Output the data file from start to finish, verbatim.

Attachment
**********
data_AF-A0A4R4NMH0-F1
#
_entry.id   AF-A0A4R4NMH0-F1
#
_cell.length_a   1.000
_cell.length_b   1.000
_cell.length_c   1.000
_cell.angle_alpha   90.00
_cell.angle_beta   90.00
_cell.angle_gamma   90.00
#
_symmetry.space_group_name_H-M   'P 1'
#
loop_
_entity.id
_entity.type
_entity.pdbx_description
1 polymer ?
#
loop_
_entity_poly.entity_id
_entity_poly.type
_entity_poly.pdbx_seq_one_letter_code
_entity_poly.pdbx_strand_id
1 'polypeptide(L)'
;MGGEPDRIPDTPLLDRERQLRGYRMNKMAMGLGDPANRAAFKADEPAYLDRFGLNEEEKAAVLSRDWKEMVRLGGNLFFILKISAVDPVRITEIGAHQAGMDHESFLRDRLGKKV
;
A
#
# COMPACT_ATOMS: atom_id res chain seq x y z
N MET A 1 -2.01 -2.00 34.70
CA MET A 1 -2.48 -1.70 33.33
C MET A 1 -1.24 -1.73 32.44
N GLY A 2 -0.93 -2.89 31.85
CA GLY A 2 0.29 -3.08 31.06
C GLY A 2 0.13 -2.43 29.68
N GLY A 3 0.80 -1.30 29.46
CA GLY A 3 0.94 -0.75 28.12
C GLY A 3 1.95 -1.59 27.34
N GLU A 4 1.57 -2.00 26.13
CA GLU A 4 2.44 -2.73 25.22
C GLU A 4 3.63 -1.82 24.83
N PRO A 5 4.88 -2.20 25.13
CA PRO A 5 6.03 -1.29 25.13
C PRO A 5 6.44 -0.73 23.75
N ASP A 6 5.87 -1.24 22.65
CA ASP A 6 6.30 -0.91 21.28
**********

data_AF-A0A4R4NMH0-F1
#
_entry.id   AF-A0A4R4NMH0-F1
#
_cell.length_a   1.000
_cell.length_b   1.000
_cell.length_c   1.000
_cell.angle_alpha   90.00
_cell.angle_beta   90.00
_cell.angle_gamma   90.00
#
_symmetry.space_group_name_H-M   'P 1'
#
loop_
_entity.id
_entity.type
_entity.pdbx_description
1 polymer ?
#
loop_
_entity_poly.entity_id
_entity_poly.type
_entity_poly.pdbx_seq_one_letter_code
_entity_poly.pdbx_strand_id
1 'polypeptide(L)'
;MGGEPDRIPDTPLLDRERQLRGYRMNKMAMGLGDPANRAAFKADEPAYLDRFGLNEEEKAAVLSRDWKEMVRLGGNLFFILKISAVDPVRITEIGAHQAGMDHESFLRDRLGKKV
;
A
#
# COMPACT_ATOMS: atom_id res chain seq x y z
N MET A 1 -2.01 -2.00 34.70
CA MET A 1 -2.48 -1.70 33.33
C MET A 1 -1.24 -1.73 32.44
N GLY A 2 -0.93 -2.89 31.85
CA GLY A 2 0.29 -3.08 31.06
C GLY A 2 0.13 -2.43 29.68
N GLY A 3 0.80 -1.30 29.46
CA GLY A 3 0.94 -0.75 28.12
C GLY A 3 1.95 -1.59 27.34
N GLU A 4 1.57 -2.00 26.13
CA GLU A 4 2.44 -2.73 25.22
C GLU A 4 3.63 -1.82 24.83
N PRO A 5 4.88 -2.20 25.13
CA PRO A 5 6.03 -1.29 25.13
C PRO A 5 6.44 -0.73 23.75
N ASP A 6 5.87 -1.24 22.65
CA ASP A 6 6.30 -0.91 21.28